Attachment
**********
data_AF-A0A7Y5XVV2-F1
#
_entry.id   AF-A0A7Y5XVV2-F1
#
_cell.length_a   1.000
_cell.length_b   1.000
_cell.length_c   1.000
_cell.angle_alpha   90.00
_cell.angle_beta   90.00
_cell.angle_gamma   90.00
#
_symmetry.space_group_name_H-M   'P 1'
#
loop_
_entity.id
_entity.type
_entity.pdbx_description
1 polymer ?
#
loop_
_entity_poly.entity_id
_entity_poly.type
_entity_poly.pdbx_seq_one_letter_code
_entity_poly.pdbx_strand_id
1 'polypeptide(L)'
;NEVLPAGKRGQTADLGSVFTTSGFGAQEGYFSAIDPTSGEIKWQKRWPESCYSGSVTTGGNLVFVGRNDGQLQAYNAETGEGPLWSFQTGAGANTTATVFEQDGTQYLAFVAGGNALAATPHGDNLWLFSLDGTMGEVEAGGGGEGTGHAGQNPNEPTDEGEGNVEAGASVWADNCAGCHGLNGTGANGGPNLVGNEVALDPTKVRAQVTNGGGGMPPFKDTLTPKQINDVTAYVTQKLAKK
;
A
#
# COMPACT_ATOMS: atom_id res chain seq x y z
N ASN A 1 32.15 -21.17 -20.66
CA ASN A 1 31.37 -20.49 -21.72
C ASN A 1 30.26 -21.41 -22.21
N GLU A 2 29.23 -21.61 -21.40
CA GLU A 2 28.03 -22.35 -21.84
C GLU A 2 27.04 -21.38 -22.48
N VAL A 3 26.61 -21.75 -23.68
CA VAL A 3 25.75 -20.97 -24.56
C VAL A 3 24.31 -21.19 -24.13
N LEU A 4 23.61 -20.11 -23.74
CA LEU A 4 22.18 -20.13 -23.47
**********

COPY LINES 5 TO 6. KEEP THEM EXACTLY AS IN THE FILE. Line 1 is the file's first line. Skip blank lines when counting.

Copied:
_cell.length_a   1.000
_cell.length_b   1.000